“Are my cats fighting or playing?” is one of the most common questions I get asked. It’s easy to understand why, because cats predatory behavior is almost the same as their play behavior. I’ll share with you some quick tips so you can tell the difference.
Cat Fighting Behavior
First, it’s important to remember that cats, especially neutered/spayed cats, rarely want to actually fight. Their behavior patterns are designed to avoid a physical fight, which could lead to injury. Fighting is a last resort.
Look for these behaviors:
- Vocalization. Cats fighting will hiss, growl, and yowl.
- Mouth. Fighting cats will bite each other and pull fur out. Sometimes, the skin is broken and fang marks are left behind.
- Claws. Nails are out and scratches will appear on one or both cats’ faces or bodies. (Note: Even during play, sometimes cats accidentally scratch each other, especially if they don’t have their nails trimmed on a regular basis.)
- Fur. Cats will either poof or flatten their fur.
- Body Posture. Fighting cats stand with an arched back to look bigger or flatten their bodies to look smaller. A fighting cat may also lean back (forward if playing) or lay on one side so they can easily scratch and bite if necessary (see video below).
- Ears. Since ears are easily inured during a fight, cats pull them back to protect them when they are scared or unsure.
- Eyes. When a cat is fearful or fighting, their pupils dilate to allow more light into the eye.
- Whiskers. Fearful cats will pull back their whiskers tight to their face. In addition, offensively aggressive cats will point their whiskers forward.
- Body Position. While a cat that wants to fight will take a position of dominance on top of the other cat, playing cats often take turns with who is on top.
- Tail. A thumping tail is usually an indicator that a cat is agitated.
- Activity. An aggressor will continue to chase the submissive cat, who often tries to get away.
- Timing. Fighting is consistent, without breaks. Playing cats take breaks and start and stop.
- Scratching Objects. Fighting cats will not stop to scratch objects.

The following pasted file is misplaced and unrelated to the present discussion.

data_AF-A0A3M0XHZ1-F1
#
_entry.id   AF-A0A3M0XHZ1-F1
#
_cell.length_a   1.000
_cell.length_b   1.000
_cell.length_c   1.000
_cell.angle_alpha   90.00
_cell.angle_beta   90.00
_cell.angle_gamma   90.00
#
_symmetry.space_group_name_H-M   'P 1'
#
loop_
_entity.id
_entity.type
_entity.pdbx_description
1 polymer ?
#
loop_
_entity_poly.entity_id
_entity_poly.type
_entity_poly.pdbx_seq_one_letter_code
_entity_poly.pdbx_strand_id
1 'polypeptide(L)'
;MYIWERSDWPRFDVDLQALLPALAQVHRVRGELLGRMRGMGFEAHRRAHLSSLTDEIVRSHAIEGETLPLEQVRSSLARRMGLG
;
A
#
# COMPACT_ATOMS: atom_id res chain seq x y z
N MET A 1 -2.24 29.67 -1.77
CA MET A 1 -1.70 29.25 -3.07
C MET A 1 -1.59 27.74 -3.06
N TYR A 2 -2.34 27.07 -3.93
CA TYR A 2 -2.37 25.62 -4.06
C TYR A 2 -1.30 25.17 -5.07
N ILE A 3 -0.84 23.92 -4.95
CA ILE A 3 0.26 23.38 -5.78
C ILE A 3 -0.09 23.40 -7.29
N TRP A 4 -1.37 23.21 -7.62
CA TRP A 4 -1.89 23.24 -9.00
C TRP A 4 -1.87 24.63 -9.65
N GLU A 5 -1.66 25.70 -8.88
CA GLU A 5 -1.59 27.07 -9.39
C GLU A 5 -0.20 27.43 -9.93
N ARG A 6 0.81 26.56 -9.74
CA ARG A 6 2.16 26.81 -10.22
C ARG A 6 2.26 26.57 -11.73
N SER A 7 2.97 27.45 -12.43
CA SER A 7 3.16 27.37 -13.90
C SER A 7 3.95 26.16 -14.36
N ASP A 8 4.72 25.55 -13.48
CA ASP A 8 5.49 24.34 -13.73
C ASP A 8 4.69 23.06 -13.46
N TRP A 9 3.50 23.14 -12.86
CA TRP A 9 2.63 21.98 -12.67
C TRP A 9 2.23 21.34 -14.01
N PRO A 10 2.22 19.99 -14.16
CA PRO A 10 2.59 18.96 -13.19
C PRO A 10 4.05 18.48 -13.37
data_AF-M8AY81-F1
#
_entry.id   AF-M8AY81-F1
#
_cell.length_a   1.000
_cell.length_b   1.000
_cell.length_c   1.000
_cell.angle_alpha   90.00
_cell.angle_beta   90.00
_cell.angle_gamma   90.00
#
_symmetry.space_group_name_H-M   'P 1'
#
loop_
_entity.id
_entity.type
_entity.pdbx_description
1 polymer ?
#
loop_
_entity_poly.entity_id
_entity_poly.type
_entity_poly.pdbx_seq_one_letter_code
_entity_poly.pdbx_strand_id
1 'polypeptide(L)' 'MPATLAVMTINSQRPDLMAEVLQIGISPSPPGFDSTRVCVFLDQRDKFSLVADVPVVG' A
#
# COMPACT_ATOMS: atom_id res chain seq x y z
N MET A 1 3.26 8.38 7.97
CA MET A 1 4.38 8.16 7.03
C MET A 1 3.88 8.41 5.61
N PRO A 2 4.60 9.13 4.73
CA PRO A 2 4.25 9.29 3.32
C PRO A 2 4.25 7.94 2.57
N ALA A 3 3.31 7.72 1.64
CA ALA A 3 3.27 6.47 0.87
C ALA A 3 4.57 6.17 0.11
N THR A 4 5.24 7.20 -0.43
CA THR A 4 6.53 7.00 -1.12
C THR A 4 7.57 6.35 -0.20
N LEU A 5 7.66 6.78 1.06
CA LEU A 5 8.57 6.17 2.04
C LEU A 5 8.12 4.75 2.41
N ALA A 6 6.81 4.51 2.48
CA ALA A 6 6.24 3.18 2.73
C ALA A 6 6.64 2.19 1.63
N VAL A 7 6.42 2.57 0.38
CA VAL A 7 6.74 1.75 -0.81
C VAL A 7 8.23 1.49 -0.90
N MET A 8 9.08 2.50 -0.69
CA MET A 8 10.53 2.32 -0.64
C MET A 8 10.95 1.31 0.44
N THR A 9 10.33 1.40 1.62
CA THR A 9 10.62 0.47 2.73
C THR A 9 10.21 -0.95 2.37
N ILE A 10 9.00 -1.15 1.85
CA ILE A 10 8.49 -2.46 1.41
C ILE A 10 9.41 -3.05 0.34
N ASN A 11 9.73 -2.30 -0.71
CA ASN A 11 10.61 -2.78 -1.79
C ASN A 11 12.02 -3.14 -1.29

In Action: One Cat Plays, One Cat Fights
It’s also important to realize that sometimes one cat wants to play and the other doesn’t, like in this video. The gray cat, Beaker, wants to play. The tabby, Vito, does not. Watch their body language. Because Vito was the alpha, he doesn’t run away and stands his ground, but you’ll see his body lean back and him flop on one side. Beaker eventually gets the message.
Cat Play Behavior
If you see these behaviors, there’s a good chance your cat is playing:
- Vocalization. It’s not uncommon for playing cats to sometimes hiss. Hissing is a reflex and not a choice, so sometimes excited behavior can result in a hiss (just think about how closely related excitement and anxiety are for us). You may also hear some meowing, especially during wrestling.
- Mouth. Biting is light and more like nipping. The teeth don’t break the skin.
- Claws. Playing cats retract nails.
- Fur & Body Posture. Playing cats have relaxed bodies (not tense), and may lean forward. Sometimes they flop over, roll and expose their entire belly. They may gently paw at the other cat or try to grab them. Kittens may also go up on their hind legs, side step, or hop.
- Ears. Even when playing, sometimes cats will pull their ears back, but more often they are in a normal position.
- Eyes. When a cat is stalking and about to pounce, their pupils are dilated. As they play with another cat, their pupils may stay larger than normal, or return to normal size.
- Whiskers. The whiskers will be forward and fanned out.
- Body Position. Playing cats will alternate who is on top when wrestling.
- Tail. A playful cat’s tail will be up and the tip may quiver or move.
- Activity. Look for reciprocal activity. One cat may run away, but if they return for more interaction, it’s a good indicator of play.
- Timing. During play, there is a lot of starting and stopping.
- Scratching Objects. While cats play, they’ll stop for a few seconds to scratch objects like scratching posts.
- Grooming. Playing cats will often stop and groom (the more dominant may groom the more submissive or there could be mutual grooming).
Watch these behaviors while two kittens play:
Keep in mind, when you ask, “Are my cats fighting or playing?” you should also ask yourself if it looks like they’re having fun. Entertained and engaged cats are happy cats, so they are most likely playing.
To see more videos of cats playing and fighting, check out this video from Jackson Galaxy.